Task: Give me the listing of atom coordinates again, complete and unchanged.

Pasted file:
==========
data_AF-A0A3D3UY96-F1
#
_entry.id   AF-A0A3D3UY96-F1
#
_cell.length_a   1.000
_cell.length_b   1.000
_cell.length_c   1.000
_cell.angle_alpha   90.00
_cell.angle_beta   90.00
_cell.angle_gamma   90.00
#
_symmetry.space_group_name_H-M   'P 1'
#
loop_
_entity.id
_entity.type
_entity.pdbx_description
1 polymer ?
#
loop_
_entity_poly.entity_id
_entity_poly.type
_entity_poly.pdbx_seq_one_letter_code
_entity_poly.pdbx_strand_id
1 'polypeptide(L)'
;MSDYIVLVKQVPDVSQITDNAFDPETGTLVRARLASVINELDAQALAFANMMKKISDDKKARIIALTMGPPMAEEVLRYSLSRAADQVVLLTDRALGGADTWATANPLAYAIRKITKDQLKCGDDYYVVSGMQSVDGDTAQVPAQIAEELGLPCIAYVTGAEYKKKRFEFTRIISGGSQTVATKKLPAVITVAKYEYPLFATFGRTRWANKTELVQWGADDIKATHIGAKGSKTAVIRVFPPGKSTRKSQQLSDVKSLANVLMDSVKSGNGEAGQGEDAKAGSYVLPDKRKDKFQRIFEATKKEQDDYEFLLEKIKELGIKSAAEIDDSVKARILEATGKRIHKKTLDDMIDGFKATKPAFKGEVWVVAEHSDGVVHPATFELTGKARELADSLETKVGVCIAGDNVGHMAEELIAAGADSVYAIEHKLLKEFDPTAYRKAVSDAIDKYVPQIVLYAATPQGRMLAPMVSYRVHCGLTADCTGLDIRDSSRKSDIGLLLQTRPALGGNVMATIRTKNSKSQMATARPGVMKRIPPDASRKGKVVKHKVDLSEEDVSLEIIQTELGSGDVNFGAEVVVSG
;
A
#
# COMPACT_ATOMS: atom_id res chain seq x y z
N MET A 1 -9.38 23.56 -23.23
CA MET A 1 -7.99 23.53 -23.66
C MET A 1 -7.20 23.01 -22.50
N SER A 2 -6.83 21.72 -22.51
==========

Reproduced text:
data_AF-A0A3D3UY96-F1
#
_entry.id   AF-A0A3D3UY96-F1
#
_cell.length_a   1.000
_cell.length_b   1.000
_cell.length_c   1.000
_cell.angle_alpha   90.00
_cell.angle_beta   90.00
_cell.angle_gamma   90.00
#
_symmetry.space_group_name_H-M   'P 1'
#
loop_
_entity.id
_entity.type
_entity.pdbx_description
1 polymer ?
#
loop_
_entity_poly.entity_id
_entity_poly.type
_entity_poly.pdbx_seq_one_letter_code
_entity_poly.pdbx_strand_id
1 'polypeptide(L)'
;MSDYIVLVKQVPDVSQITDNAFDPETGTLVRARLASVINELDAQALAFANMMKKISDDKKARIIALTMGPPMAEEVLRYSLSRAADQVVLLTDRALGGADTWATANPLAYAIRKITKDQLKCGDDYYVVSGMQSVDGDTAQVPAQIAEELGLPCIAYVTGAEYKKKRFEFTRIISGGSQTVATKKLPAVITVAKYEYPLFATFGRTRWANKTELVQWGADDIKATHIGAKGSKTAVIRVFPPGKSTRKSQQLSDVKSLANVLMDSVKSGNGEAGQGEDAKAGSYVLPDKRKDKFQRIFEATKKEQDDYEFLLEKIKELGIKSAAEIDDSVKARILEATGKRIHKKTLDDMIDGFKATKPAFKGEVWVVAEHSDGVVHPATFELTGKARELADSLETKVGVCIAGDNVGHMAEELIAAGADSVYAIEHKLLKEFDPTAYRKAVSDAIDKYVPQIVLYAATPQGRMLAPMVSYRVHCGLTADCTGLDIRDSSRKSDIGLLLQTRPALGGNVMATIRTKNSKSQMATARPGVMKRIPPDASRKGKVVKHKVDLSEEDVSLEIIQTELGSGDVNFGAEVVVSG
;
A
#
# COMPACT_ATOMS: atom_id res chain seq x y z
N MET A 1 -9.38 23.56 -23.23
CA MET A 1 -7.99 23.53 -23.66
C MET A 1 -7.20 23.01 -22.50
N SER A 2 -6.83 21.72 -22.51